New Contest II

Last time we considered my need for constructive contests. Recall that we have  now distinguished contest of an hypothetical nature and those contest with real world benefits beyond the purpose of the game. It was also a concern that some games are not fun.

Recently I mentioned to a coworker that brute-force solutions to games are so 20th century. Deep blue already proved it was possible. A large neural network is so 2010's, and alphaGo didn't just beat one world champion, it beat a lot of champions online as well. 

What about this? Let's have a competition that is played by human and computer together and that their enegy consumption is a divisor in the calculation of final score.

This is along the same line of thought from a post long ago before New Contest considerations: automated race car driving competitions where in addition to automotive restrictions that there will be CPU restrictions. Core limited to less than 2^16 cores, each running at no more than 4GHz, total power consumption is to be less than 1kw, etc.

So in a similar idea, one can imagine there be additional restriction on storage. The code the ANN model, the memory about current course and opponents, these all take memory space. So the contest could have an additional rule that there be a 256Gb limit to onboard memory, of any kind, hdd, ssd, cache, ram, GPU ram, etc. 

Suppose the contestants scored S in a scale where each score is real number originally associated with each player. and the highest score wins, the score used to determine the competition result can be S/C where represent the costs paid by competitors to win. For one example this could be the amount of code executed as measured by storage space or as measured by records kept on the CPU itself.

Therefore, in the post-AI years, we will have new contests: the winners must not only accomplish the objectives, they must also complete them efficiently.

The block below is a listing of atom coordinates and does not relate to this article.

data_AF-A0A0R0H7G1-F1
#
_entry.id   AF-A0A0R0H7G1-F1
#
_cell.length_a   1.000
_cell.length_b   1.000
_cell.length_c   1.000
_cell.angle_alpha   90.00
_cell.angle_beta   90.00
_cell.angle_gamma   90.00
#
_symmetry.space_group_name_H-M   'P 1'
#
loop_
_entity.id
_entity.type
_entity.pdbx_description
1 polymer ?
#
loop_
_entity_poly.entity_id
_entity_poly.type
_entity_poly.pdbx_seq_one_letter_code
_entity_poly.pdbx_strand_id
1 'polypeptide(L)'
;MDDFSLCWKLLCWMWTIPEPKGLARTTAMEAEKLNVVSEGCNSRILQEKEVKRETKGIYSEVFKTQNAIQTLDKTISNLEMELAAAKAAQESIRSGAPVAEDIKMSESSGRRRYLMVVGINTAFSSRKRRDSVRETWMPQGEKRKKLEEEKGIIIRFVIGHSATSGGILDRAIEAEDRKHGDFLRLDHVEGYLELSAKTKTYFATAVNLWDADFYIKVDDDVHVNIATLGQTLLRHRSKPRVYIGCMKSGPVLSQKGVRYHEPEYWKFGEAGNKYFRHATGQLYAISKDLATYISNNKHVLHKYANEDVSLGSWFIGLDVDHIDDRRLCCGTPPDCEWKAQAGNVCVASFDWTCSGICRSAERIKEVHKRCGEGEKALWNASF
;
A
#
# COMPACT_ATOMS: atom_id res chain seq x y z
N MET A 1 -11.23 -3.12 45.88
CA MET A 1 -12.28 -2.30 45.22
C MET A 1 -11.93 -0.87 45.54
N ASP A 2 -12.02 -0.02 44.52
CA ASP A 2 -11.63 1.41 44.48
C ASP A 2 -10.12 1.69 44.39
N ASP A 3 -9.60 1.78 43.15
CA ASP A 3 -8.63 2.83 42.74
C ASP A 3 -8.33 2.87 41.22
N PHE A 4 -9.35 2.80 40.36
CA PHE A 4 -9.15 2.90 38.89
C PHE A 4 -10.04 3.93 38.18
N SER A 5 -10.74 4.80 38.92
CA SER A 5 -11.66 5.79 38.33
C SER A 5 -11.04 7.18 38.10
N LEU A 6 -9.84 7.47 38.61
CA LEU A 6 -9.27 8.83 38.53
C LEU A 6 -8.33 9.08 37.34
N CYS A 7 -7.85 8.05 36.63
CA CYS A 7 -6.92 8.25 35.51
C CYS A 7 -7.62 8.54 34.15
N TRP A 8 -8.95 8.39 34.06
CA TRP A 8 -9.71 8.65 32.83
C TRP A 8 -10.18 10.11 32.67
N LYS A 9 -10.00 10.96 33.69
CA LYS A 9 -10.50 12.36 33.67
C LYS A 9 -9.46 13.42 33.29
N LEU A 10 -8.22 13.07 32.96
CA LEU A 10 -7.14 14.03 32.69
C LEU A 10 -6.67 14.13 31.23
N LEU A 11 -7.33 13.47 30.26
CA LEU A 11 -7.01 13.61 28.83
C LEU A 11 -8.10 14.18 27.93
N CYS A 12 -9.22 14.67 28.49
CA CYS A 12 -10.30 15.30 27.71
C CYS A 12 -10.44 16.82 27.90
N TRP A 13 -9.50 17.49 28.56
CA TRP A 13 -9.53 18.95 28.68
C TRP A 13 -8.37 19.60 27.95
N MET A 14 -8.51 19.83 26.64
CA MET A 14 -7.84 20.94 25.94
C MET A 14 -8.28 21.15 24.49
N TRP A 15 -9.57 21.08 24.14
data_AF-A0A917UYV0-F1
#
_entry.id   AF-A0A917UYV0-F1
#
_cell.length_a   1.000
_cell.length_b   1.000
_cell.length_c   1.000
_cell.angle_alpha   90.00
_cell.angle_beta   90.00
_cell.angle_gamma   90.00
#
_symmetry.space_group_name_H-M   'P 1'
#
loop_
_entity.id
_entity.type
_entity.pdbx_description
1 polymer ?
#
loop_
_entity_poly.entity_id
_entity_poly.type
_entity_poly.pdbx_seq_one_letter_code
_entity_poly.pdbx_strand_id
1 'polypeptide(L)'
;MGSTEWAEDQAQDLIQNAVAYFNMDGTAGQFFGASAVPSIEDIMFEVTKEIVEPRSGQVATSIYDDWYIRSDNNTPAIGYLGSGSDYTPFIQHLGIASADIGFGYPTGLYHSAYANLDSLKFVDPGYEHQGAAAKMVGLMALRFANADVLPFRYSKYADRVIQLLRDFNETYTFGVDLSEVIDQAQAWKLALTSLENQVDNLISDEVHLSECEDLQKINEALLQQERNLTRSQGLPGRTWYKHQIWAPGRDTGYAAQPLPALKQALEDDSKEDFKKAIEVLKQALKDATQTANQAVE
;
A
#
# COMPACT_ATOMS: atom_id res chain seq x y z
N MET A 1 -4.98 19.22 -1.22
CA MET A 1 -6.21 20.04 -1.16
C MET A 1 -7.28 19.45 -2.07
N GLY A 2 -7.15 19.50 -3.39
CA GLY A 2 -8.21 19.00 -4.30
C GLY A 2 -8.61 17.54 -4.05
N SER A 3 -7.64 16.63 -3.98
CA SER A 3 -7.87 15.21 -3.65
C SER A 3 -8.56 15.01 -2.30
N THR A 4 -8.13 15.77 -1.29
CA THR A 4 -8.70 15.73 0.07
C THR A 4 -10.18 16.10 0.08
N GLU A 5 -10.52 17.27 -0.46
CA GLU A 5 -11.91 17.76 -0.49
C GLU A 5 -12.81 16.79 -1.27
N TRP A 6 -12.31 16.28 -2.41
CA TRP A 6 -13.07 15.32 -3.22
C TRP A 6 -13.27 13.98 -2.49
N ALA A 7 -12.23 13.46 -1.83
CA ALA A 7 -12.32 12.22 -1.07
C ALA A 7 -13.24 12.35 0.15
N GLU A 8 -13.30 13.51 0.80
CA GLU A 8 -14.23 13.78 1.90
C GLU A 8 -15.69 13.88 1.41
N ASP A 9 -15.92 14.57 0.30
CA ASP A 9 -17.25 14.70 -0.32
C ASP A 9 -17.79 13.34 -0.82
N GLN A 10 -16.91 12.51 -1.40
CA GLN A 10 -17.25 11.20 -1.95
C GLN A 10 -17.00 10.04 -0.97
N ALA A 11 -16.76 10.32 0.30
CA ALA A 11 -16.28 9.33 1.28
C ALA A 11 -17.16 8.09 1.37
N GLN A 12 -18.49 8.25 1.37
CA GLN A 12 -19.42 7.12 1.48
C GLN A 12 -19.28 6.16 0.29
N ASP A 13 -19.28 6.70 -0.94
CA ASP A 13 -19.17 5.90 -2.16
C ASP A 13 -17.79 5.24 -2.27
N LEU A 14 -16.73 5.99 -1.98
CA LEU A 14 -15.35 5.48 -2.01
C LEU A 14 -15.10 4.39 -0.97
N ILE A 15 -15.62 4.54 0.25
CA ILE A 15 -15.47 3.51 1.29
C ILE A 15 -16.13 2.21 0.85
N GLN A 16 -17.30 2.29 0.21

TAS for Chomsky

Continuing the thoughts around expressing Chomsky’s ethical opinion regarding US military actions as expressed by the documentary that I watched during 2016-2017 break.

It became obvious that while propositional logic and set theory are comforting languages, they are not the most convenient when operationalizing an ethic. For example, there seem to be a need to distinguish these prescriptive targets: must do, must not do, may do, may not do.

\detokenize{must_do_actions}\subseteq \detokenize{may_do_actions}

\detokenize{must_not_do} = \detokenize{may_not_do}

It seems “may not do” is “not may do” due to common English use even though technically both expression should be subset relation. I.e. “You may not smoke” states “you must not smoke” instead of “you can choose not to smoke.” Although that imprecision is inconsequential to the current discussions.

So in fact the expression can be simplified by including do_not_do_ actions for each action in simple TAS. We must also impose a contemporaneous interpretation to a \in TAS as to mean a is an action viewed at some references moment, ostensibly now. 

Then, the predicate must\_do(a, p1, p2), reads “p1 must do a to p2” is expressed as ethical(a, p1, p2) \land \neg ethical(do\_not\_do\_a, p1, p2). may\_do is simply ethical.

may\_not\_do is \neg ethical
The need to restrict preposition to single moments in time is in retrospect necessary. All preposition can be sub-indexed with reference time: prescriptive proposition ethical_t means it is ethical at time t, while descriptive preposition do_t means something is done at time t. do_w(A,ally, axis) \implies ethical_u(A, axis, ally) \forall{w,u} \in WWII

That’s a mouthful. But at least we can avoid the pitfalls such as the “may not” fiasco we have in English.
(Disclaimer, I watched a thirdprty documentary about Chomsky. Some videoed statements were stitched together and I watched that. doesn’t mean I am writing to explain what he actually said or meant.)